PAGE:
One hallmark of quantum physics is that many of its concepts are very strange. For example, according to theories put forth over the years, particles and atoms are able to move in multiple directions at the same time, and two particles can remain connected even over large distances.
But some physicists are concerned that without experiments backing up these theories, it is impossible to know if these weird phenomena are actually real. And it’s also impossible to know what the true nature of reality itself is.
“If we tell the public that quantum theory is weird, we better go out and test that’s actually true,” physicist Owen Maroney told Nature. “Otherwise we’re not doing science, we’re just explaining some funny squiggles on a blackboard.”
This is all about to change. Physicists around the world have been embarking on a series of experiments to put quantum weirdness to the test. Many of these experiments are attempts to determine whether the wavefunction is real or simply a concept dreamed up by quantum physicists on a blackboard.
The wavefunction is a mathematical device invented by Austrian physicist Erwin Schrödinger that describes the close connection between particles and waves — such as the wave-like interference pattern that develops when electrons (quantum particles) pass through closely-spaced slits.
In one experiment, physicist Martin Ringbauer and colleagues, tested the reality of the wavefunction. When measuring the polarization and other features of a beam of photons, they found an overlap between these measurements. This was too large to be explained by our “ignorance” of the system. The test provided support for the real-world nature of the wavefunction, but only if objective reality exists.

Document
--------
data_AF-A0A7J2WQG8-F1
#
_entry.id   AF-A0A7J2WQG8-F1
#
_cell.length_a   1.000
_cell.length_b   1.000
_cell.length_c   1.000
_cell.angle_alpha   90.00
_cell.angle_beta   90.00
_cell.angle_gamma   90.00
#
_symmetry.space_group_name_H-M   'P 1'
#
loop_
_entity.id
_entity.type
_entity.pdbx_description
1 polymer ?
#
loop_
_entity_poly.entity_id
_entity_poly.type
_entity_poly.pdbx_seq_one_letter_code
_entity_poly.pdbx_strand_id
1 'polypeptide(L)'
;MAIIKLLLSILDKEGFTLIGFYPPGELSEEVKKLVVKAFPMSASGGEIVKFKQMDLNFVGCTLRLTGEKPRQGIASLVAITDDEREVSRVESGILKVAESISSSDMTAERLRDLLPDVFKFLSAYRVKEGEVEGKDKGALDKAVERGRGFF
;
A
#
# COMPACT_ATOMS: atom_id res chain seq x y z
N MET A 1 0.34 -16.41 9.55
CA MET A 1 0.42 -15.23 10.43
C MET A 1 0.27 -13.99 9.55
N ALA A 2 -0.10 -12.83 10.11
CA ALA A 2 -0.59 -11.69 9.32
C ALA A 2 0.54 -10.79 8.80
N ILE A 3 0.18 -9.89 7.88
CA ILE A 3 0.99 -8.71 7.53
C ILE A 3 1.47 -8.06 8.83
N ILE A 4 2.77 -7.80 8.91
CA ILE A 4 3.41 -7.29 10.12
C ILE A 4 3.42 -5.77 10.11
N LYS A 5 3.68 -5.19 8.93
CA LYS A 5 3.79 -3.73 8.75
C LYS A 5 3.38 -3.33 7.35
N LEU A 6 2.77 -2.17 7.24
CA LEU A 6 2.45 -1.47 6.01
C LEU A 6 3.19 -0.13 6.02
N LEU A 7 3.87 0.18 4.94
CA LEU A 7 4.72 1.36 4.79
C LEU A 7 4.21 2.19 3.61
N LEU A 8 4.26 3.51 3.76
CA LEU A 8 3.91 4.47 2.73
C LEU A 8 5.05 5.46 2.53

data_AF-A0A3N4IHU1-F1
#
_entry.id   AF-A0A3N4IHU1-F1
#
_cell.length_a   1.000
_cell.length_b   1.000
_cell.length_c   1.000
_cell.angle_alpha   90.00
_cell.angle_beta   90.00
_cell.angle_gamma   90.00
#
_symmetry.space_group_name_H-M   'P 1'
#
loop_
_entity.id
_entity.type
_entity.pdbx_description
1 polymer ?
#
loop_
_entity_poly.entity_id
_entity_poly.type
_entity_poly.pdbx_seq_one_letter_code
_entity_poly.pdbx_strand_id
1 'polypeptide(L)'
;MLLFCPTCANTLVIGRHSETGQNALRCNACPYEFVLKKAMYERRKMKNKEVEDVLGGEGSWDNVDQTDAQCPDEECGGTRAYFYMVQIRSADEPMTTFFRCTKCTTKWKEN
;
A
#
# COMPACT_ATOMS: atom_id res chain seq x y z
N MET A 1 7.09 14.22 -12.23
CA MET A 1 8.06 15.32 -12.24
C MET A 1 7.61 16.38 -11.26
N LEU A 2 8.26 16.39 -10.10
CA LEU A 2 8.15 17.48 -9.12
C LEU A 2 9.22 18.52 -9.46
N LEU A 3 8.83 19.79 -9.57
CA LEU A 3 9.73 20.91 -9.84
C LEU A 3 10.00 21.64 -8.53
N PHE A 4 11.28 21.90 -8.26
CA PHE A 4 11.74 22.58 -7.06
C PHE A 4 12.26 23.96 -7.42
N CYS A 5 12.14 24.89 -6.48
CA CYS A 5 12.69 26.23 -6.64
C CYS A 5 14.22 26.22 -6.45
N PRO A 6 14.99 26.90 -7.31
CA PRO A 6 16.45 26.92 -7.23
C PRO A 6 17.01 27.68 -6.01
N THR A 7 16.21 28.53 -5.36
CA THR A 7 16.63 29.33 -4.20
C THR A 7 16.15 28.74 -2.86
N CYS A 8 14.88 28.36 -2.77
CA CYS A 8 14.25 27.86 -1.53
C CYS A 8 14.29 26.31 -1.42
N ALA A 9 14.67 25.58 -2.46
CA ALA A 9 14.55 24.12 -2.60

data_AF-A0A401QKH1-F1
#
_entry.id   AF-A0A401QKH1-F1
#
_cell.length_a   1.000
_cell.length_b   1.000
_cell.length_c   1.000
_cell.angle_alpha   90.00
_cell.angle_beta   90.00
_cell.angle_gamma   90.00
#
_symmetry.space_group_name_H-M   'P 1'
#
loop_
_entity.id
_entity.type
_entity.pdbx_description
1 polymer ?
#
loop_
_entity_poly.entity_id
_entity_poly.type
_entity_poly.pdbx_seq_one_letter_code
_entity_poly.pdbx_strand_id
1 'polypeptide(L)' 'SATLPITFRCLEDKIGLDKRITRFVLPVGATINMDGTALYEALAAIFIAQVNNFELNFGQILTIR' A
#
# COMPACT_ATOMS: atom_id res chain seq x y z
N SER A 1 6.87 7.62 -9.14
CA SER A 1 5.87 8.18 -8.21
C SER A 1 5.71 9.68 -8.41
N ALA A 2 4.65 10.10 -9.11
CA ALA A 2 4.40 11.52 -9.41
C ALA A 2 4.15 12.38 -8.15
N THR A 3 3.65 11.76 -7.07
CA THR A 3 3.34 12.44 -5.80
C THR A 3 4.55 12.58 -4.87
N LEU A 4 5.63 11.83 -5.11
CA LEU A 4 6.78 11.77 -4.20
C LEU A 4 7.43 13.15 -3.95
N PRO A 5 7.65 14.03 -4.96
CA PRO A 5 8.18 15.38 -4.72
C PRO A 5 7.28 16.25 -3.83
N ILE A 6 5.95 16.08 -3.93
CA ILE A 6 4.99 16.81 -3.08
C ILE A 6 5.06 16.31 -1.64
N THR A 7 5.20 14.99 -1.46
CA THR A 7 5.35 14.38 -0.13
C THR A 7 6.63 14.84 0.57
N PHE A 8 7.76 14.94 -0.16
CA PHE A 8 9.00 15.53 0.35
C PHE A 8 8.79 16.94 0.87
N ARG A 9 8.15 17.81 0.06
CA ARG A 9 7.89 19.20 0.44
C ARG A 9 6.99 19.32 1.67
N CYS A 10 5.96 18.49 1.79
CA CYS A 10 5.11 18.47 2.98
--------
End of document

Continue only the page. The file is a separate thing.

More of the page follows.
In 2005, physicists Emmanuel Fort and Yves Couder investigated the belief that particles are guided by a ‘pilot wave’ that gives them the ability to act like particles and waves. In the test, they observed oil droplets falling into a vibrating tray filled with oil. At a certain frequency of vibration, ripples formed around the droplets. The result was a dual object — oil particles driven by their own waves. This provides a glimpse of how pilot waves might guide particles, although it doesn’t prove that they exist.
Another group carried out a computer simulation of parallel universes, one more strange phenomenon of quantum physics. In this test, physicists created a simulated universe where quantum particles obeyed the rules of classical physics, such as Newton’s law of motion. They found that quantum effects — like the banded interference pattern — arose when multiple universes were connected. The researchers see this as proof that the wavefunction is only a mathematical construct, and that the universe is really governed by the rules of classical physics.
Physicists in Australia also recently tested the nature of reality and found that, on a small scale, reality doesn’t exist until we measure it. This is a modern version of John Wheeler’s delayed-choice thought experiment, which allows a moving object to behave like a particle or wave. In the new version, researchers used helium atoms scattered by light. They found that the wave-like or particle-like behavior only came into existence when the atoms were measured at the end of their journey.
These experiments are all steps toward a greater understanding the true nature of reality and whether it really exists. Some, like the delayed-choice test, had to wait decades before technology was advanced enough for the thought experiment to be tested. But it’s a move in the right direction. The ultimate challenge for physicists — although right now no one knows how to do it — will be to test whether objective reality exists at all.